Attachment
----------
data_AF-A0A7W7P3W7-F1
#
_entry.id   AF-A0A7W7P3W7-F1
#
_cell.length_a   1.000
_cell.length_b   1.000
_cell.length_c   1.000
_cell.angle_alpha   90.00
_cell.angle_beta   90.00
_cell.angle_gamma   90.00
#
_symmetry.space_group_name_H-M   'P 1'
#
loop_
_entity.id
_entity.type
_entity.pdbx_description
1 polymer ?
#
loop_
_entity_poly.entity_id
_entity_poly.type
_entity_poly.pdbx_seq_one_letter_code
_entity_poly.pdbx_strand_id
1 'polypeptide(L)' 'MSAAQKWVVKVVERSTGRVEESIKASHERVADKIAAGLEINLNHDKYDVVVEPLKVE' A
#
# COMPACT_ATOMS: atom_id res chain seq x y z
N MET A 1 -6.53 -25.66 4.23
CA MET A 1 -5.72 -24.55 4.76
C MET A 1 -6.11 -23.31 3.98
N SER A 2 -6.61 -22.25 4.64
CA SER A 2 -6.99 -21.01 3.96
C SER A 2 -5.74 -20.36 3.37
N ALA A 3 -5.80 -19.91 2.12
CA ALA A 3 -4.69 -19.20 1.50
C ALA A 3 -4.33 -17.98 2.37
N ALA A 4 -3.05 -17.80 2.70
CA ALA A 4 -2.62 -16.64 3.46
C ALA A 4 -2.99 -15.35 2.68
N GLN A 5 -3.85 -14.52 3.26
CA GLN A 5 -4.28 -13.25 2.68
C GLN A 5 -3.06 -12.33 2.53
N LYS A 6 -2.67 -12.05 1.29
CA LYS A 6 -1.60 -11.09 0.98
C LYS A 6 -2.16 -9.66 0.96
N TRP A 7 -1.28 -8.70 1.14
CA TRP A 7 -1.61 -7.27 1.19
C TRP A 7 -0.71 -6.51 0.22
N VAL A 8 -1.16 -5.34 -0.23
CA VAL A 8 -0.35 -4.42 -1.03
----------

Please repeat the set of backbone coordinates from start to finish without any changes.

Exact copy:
data_AF-A0A7W7P3W7-F1
#
_entry.id   AF-A0A7W7P3W7-F1
#
_cell.length_a   1.000
_cell.length_b   1.000
_cell.length_c   1.000
_cell.angle_alpha   90.00
_cell.angle_beta   90.00
_cell.angle_gamma   90.00
#
_symmetry.space_group_name_H-M   'P 1'
#
loop_
_entity.id
_entity.type
_entity.pdbx_description
1 polymer ?
#
loop_
_entity_poly.entity_id
_entity_poly.type
_entity_poly.pdbx_seq_one_letter_code
_entity_poly.pdbx_strand_id
1 'polypeptide(L)' 'MSAAQKWVVKVVERSTGRVEESIKASHERVADKIAAGLEINLNHDKYDVVVEPLKVE' A
#
# COMPACT_ATOMS: atom_id res chain seq x y z
N MET A 1 -6.53 -25.66 4.23
CA MET A 1 -5.72 -24.55 4.76
C MET A 1 -6.11 -23.31 3.98
N SER A 2 -6.61 -22.25 4.64
CA SER A 2 -6.99 -21.01 3.96
C SER A 2 -5.74 -20.36 3.37
N ALA A 3 -5.80 -19.91 2.12
CA ALA A 3 -4.69 -19.20 1.50
C ALA A 3 -4.33 -17.98 2.37
N ALA A 4 -3.05 -17.80 2.70
CA ALA A 4 -2.62 -16.64 3.46
C ALA A 4 -2.99 -15.35 2.68
N GLN A 5 -3.85 -14.52 3.26
CA GLN A 5 -4.28 -13.25 2.68
C GLN A 5 -3.06 -12.33 2.53
N LYS A 6 -2.67 -12.05 1.29
CA LYS A 6 -1.60 -11.09 0.98
C LYS A 6 -2.16 -9.66 0.96
N TRP A 7 -1.28 -8.70 1.14
CA TRP A 7 -1.61 -7.27 1.19
C TRP A 7 -0.71 -6.51 0.22
N VAL A 8 -1.16 -5.34 -0.23
CA VAL A 8 -0.35 -4.42 -1.03